Two faculty members and a graduate student all published  articles in Across the Disciplines, a journal of language, learning, and academic writing  that publishes articles relevant to writing and writing pedagogy in all their intellectual, political, social, and technological complexity. Remarkably, all three proposed a submission independent of one another and ended up in the same special issue based on their work related to writing across the curriculum. related to writing across the curriculum. As described by the editors of the special issue, the articles in this collection focus on the impact of writing on learning and student success:

A central tenet of writing across the curriculum and in the disciplines is that the use of writing goes far beyond improvement of students’ skills. Writing is essential to learning and to the processes of development that higher education aims to foster. What might not be as clear is how to map the work onto these higher-level outcomes. In this issue of Across the Disciplines, contributors describe those maps in relation to the Association of American Colleges & Universities research on High-Impact Practices. Contributors describe research, theory, and practices from first-year seminar to capstone courses, from specific WI courses in a range of disciplines to the impact of WI and core curricula more generally, from residential learning communities to undergraduate research and presentation opportunities. Overall, these contributions build understanding of writing programs’ roles in promoting High-Impact Practices and place the student experience where it belongs: at the center of a vision for the future of higher education.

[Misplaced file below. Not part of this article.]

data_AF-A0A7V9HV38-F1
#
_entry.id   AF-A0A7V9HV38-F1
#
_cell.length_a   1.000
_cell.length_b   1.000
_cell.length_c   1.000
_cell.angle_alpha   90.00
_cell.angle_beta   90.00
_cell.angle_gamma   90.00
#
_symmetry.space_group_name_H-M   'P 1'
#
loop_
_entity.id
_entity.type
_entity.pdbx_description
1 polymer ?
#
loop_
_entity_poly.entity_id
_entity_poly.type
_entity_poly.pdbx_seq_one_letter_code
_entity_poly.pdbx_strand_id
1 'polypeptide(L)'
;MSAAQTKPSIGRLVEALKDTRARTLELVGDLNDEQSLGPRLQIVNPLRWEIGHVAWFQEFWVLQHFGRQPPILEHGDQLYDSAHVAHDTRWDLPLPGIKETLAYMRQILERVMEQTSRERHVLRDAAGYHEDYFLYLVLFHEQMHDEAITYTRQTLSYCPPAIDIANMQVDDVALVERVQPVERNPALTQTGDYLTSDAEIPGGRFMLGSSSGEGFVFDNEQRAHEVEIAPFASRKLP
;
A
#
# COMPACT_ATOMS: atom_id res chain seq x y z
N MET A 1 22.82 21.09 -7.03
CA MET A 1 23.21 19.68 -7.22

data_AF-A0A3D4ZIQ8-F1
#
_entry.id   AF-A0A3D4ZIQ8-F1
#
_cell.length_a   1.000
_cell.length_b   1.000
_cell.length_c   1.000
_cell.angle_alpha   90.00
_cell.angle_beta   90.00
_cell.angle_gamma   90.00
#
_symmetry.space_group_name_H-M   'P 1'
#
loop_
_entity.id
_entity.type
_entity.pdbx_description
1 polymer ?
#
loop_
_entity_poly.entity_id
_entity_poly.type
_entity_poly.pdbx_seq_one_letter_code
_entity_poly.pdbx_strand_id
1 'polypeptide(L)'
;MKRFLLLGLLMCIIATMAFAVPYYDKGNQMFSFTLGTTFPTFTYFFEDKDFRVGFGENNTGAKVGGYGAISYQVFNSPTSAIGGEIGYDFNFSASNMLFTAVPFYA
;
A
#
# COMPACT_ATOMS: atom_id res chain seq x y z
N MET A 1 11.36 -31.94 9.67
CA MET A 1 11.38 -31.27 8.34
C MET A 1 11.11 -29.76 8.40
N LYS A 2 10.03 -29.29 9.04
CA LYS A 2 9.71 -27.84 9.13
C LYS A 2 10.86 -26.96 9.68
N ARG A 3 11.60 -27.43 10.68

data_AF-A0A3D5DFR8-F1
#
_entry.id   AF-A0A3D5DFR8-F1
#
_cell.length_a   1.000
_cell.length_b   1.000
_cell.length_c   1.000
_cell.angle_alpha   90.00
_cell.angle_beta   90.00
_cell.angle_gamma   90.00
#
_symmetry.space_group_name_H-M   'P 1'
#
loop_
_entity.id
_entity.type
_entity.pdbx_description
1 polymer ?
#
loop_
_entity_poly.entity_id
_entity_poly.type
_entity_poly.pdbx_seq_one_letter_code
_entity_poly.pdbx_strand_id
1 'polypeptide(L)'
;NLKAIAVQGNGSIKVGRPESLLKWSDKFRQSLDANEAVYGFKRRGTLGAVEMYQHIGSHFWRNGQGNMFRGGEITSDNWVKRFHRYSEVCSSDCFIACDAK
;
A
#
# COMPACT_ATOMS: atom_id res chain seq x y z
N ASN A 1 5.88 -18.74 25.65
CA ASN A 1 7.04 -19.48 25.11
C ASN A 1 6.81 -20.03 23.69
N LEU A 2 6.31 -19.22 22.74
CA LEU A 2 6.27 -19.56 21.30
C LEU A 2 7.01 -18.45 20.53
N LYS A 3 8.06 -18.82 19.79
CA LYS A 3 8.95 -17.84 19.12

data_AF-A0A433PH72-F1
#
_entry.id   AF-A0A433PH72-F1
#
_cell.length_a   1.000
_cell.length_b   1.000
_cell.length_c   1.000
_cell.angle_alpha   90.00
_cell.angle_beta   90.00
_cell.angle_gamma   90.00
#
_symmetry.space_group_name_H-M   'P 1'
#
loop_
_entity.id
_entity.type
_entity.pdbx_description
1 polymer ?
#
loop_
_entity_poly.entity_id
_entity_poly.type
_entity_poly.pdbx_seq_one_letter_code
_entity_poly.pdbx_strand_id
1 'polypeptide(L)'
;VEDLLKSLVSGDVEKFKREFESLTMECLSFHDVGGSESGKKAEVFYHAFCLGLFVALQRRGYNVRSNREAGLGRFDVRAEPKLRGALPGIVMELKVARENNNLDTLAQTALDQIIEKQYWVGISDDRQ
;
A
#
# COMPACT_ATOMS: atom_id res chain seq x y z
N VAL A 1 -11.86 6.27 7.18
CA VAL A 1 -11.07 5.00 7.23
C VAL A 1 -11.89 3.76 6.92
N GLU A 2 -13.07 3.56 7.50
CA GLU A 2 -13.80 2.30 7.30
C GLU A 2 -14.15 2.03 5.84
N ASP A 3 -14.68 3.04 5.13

Charles Paine, Professor of Rhetoric and Writing, co-authored, How To Create High-Impact Writing Assignments That Enhance Learning and Development and Reinvigorate WAC/WID Programs: What Almost 72,000 Undergraduates Taught Us

Cristyn Elder, Assistant Professor of Rhetoric and Writing, co-authored, Designing High-Impact “Writing-to-Learn” Math Assignments for Killer Courses

Brian Hendrickson, PhD Candidate of Rhetoric and Writing, wrote, Studying and Supporting Writing in Student Organizations as a High-Impact Practice.